The COVID-19 pandemic has forced companies to restructure many areas of operation, including their approach to cybersecurity and data privacy. The spotlight has been placed on healthcare data and how it can and should be used to combat the spread of the virus. As security and privacy professionals, our attention is honed in on the debate surrounding contact tracing and the collection of COVID-19 health data because it will set a precedent for data collection and impact future privacy laws.

In response to the global pandemic, a group of senators introduced the COVID-19 Consumer Data Protection Act, which would regulate the collection and use of personal data amid the current coronavirus crisis. Now, months after it was introduced, the COVID-19 Consumer Data Protection Act doesn’t stand alone as a piece of privacy legislation—it was followed by the Public Health Emergency Privacy Act and the Exposure Notification Privacy Act. Although each aims to tackle the issue of data privacy in a slightly different way, all three mark an important shift in perspectives and have the potential to reshape the United States’ standard for how to handle and share data during a national health crisis. 

Below are four aspects that security and privacy professionals need to consider to ensure the balance of privacy and safety in data regulations.


  1. Recognize the Implications of Newly Introduced Privacy Legislation

The COVID-19 Consumer Data Protection Act kicked off a nationwide discussion around the significant privacy risks and repercussions of COVID-19 response technology (e.g. contact tracing apps). The proposed bill, along with other proposed privacy legislation, indicates the need for an in-depth awareness of how data is shared and protected. With that knowledge as a foundation, a standard model of data security can be established – one that holds organizations accountable for the highest level of data protection.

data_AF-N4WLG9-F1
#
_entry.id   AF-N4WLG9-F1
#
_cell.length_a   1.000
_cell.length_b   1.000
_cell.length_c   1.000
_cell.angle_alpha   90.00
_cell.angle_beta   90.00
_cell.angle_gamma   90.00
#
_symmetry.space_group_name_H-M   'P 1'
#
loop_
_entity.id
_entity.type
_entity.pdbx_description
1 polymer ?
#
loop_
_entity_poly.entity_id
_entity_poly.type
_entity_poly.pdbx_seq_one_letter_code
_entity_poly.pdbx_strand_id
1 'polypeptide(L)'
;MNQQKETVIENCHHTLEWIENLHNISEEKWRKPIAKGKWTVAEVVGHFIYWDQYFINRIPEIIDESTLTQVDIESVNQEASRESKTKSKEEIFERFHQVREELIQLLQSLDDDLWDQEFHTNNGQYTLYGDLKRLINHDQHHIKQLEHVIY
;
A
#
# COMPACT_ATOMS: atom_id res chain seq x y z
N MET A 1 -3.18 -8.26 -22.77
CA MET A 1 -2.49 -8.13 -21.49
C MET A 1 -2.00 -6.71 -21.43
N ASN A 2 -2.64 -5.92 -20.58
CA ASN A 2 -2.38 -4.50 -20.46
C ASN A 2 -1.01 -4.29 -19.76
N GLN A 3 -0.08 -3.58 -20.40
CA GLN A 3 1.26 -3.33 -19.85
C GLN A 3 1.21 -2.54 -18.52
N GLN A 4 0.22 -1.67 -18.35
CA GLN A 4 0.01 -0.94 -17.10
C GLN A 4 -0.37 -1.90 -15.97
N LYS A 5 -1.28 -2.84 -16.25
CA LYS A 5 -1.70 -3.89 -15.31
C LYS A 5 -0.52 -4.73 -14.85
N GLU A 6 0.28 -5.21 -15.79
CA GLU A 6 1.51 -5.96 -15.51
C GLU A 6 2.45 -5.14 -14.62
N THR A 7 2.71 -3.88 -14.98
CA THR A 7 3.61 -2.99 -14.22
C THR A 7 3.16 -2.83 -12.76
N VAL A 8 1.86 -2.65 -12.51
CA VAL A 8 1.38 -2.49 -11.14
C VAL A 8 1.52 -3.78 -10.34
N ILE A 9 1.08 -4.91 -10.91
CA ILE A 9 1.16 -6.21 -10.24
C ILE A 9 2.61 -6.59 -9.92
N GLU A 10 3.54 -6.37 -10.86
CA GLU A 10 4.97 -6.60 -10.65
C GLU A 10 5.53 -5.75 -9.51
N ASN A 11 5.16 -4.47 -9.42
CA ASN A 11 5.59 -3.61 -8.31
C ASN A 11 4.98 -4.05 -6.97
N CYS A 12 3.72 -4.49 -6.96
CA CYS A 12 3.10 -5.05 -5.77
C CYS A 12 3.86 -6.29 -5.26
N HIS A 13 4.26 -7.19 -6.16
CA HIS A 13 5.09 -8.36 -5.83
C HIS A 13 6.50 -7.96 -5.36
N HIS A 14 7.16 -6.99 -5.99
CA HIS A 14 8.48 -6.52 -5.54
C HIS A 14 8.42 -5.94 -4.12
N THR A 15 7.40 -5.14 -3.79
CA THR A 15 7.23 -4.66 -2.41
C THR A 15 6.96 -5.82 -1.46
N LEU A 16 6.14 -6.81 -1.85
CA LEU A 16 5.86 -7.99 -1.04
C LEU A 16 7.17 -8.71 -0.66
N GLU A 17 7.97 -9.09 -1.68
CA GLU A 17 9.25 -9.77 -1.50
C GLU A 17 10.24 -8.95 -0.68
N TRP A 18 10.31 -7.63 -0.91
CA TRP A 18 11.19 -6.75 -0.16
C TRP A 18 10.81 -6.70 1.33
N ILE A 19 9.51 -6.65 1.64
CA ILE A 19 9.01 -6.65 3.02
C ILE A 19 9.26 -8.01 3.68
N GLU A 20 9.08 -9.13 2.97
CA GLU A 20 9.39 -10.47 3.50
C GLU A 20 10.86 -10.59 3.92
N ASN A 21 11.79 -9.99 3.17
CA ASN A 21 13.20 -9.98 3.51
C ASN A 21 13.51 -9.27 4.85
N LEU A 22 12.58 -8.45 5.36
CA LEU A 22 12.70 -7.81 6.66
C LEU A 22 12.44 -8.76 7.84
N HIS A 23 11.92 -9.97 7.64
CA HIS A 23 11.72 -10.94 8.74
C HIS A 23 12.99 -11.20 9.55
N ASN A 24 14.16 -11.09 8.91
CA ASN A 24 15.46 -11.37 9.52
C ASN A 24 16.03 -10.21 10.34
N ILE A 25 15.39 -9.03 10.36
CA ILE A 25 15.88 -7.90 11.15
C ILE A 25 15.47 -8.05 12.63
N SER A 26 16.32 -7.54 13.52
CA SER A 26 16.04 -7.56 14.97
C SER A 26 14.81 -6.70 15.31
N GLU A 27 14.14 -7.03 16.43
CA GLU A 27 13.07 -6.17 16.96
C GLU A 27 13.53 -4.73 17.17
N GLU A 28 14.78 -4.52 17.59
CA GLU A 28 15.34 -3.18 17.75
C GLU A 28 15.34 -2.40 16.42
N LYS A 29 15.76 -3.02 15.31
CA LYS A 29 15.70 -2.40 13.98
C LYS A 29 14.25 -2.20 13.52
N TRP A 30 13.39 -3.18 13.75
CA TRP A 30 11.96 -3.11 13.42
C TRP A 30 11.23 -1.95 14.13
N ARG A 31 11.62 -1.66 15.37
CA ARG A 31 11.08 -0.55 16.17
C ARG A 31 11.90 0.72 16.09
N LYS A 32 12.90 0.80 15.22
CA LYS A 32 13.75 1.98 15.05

Currently, many organizations follow the National Institute of Standards and Technology (NIST) Privacy Framework, which helps organizations identify and manage privacy risk to build innovative products and services while protecting individuals’ privacy. The Framework was modeled after the NIST Cybersecurity Framework to provide guidance on managing privacy risk among different roles, establishing and improving privacy programs, and strengthening organizational accountability. Whether the Framework is used in all or some of those ways, it is ultimately designed to be flexible and to complement existing business operations. It provides a clear example of best practices and guidelines when it comes to data privacy and should be referenced when building future privacy legislation.


  1. Understand Data Sharing Limits

The United States faces a significant challenge when it comes to protecting the data collected through contact tracing, one that the COVID-19 Consumer Data Protection Act aims to address. Gathering and sharing virus information – on age, comorbidity, location – is essential to effectively combat the virus. Without this information, tracking the spread of the virus and its effects is impossible. However, there are limits to what data needs to be shared and who should have access to it, especially when it comes to Personal Identifiable Information (PII).

Both manual or app-based contact tracing methods have their challenges. For manual contact tracing, it’s an issue of manpower. One report by John Hopkins states that an additional 100,000 employees would be needed to make manual contact tracing efforts effective across the United States. In short, it’s not the most practical solution.